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SOA Integration and Methodologies

John Harby is a participant in several OASIS Technical Committees and was co-author of The Middleware Company SOA Blueprints initiative. He is an independent consultant on SOA and middleware in Enterprise scale projects.

Given the substantial investments being made in SOA implementation by large organizations and integrators and the wide variety of implementation technologies, a discussion of implementation methodologies emerged as a topic of interest. Approaches to SOA range from extremely holistic approaches involving business users, centralized IT, governance organizations, competency centers or centers of excellence, and cross-functional groupings. Some of the broader methodologies involve high level business/service decomposition or the integration of operational concerns with development concerns, such as variants of the latest version of the ITIL system.

InfoQ interviewed John Harby on the topic of SOA implementation methodologies. The discussion focused on the narrower issue of SOA development lifecycle methodologies, although the themes of modeling and agility are themes can be applied across the scale of an Enterprise scale.

InfoQ: What are the top three SOA implementation methodologies?

John Harby: The top 3 methodologies I've seen for implementing SOA are:

  • RUP based
  • Agile, Project driven
  • Shlaer-Mellor

InfoQ: Can you describe these approaches?

John Harby: RUP (ed note: Rational Unified Process) seems to have a good approach for designing loosely coupled
services but has more of a project oriented approach rather than enterprise. The initial phase of service identification wasn't
thoroughly addressed.

Project driven can gain strong initial sponsorship but the life of the SOA can become intertwined with that of the project. In the
particular case I experienced the business need for the project evaporated leaving the SOA efforts significantly weakened. However, we
did use an Agile approach on this particular effort. I found this to be very effective especially in areas where the SOA was integrating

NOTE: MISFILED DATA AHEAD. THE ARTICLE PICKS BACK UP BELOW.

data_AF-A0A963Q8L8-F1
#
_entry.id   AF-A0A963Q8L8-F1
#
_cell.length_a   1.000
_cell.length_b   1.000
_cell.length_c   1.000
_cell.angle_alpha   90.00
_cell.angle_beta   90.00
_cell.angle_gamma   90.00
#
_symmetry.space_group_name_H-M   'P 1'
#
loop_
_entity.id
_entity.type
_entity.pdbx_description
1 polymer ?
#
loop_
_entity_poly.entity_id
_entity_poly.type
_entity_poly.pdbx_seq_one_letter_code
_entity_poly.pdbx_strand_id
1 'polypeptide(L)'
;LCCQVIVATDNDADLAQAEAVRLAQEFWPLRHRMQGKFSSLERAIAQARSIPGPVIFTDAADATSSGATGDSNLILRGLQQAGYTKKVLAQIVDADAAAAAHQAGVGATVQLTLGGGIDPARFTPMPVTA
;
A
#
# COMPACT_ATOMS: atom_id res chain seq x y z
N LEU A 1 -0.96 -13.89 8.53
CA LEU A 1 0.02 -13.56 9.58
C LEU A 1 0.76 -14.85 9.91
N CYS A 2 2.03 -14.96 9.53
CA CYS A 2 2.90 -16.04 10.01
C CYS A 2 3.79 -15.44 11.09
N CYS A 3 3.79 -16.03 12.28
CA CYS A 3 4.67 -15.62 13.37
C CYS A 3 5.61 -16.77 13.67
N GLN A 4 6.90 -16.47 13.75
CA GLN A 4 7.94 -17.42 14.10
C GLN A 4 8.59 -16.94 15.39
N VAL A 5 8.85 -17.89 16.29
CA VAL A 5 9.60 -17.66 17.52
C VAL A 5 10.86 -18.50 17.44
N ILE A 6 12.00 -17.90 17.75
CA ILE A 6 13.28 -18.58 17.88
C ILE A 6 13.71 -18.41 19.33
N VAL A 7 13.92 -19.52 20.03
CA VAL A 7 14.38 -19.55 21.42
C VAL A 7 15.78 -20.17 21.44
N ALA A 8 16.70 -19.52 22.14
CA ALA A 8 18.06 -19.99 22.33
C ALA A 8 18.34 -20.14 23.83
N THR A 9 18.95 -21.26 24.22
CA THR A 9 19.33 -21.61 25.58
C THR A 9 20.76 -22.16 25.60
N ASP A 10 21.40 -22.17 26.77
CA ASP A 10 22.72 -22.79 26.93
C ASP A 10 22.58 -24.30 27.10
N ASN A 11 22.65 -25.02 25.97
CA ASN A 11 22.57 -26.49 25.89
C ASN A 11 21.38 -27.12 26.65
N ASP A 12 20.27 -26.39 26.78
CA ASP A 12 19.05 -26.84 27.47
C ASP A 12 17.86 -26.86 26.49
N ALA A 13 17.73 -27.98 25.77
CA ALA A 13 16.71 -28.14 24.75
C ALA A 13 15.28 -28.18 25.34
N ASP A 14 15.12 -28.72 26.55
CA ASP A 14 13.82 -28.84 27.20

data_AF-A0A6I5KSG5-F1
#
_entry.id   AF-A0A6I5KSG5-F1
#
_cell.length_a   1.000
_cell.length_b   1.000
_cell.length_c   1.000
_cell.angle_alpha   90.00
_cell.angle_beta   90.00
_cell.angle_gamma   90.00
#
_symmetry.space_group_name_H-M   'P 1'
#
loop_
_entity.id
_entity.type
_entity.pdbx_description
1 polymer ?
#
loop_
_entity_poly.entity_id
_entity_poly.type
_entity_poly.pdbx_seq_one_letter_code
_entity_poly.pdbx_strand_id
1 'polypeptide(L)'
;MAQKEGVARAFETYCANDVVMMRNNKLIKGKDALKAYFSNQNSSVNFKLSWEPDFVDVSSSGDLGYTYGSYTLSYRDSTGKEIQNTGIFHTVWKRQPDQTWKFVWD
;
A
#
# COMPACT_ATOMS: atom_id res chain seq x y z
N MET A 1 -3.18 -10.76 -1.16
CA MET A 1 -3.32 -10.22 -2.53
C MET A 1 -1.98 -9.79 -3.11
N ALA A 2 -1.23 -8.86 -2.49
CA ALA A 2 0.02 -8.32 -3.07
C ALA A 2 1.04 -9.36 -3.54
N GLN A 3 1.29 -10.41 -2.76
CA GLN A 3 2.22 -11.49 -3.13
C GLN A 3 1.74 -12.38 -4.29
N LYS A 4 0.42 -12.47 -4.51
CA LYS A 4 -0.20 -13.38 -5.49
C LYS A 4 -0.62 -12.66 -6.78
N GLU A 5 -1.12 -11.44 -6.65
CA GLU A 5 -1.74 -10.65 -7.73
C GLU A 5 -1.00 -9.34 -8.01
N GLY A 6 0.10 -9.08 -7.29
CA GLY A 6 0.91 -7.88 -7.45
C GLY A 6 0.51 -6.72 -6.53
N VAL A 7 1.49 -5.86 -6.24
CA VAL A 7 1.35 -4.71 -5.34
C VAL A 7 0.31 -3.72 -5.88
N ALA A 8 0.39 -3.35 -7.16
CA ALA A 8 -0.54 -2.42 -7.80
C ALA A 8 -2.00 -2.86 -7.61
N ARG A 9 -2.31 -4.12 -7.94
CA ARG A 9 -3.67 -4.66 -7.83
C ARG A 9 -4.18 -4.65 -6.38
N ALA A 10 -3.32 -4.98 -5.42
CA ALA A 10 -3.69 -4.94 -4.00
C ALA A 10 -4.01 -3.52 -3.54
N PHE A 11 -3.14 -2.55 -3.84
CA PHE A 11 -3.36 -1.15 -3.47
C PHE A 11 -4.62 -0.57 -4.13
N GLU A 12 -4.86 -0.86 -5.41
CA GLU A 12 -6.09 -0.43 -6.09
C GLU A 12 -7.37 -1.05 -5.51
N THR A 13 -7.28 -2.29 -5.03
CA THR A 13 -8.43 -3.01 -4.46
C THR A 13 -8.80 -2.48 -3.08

existing functionality. Being able to pair the Peoplesoft team member with an SOA team member was very effective. A Scrum based approach
also served to keep the project governance team updated on progress.   

Shlaer-Mellor is an older pre-RUP OO methodology that had some interesting patterns for designing loosely coupled entities (they
called them "domains" but the concepts can carry over to services). We used this in a mid-90's C++/CORBA SOA project for the government. The
clear downside of Shlaer-Mellor is its complexity.

InfoQ: What are the differences between OO methodologies and SO methodologies?

John Harby: Loosely coupled services are not really addressed by most traditional methodologies, especially in the OO sense. OO includes
many relationships that for service internals are fine but going across services are undesirable.

Also, as I mentioned above, building the initial enterprise SOA is not really a "project" per se, rather the effort is equivalent to
many projects all rolled into one. IMHO, most methodologies really are project centric.

InfoQ: Some of the enterprise concerns relate to SOA Governance, what are your views of this?

John Harby: SOA governance is critical especially in larger organizations where group cooperation is required. For instance a large company can
have an ERP, HRMS, SCMS, etc. For each of these systems there can be entire teams assigned to the management of the system. Those team
members may be the only ones in the company who really understand the system.

Since SOA is really a cross-enterprise effort it makes sense to have a high-level governance committee composed of the leaders of each
domain. This insures that everyone approves any efforts that may be required for the transition.

InfoQ: Thanks for your participation, hopefully this will stimulate some discussion and debate on the topic of Implementation Methodologies.

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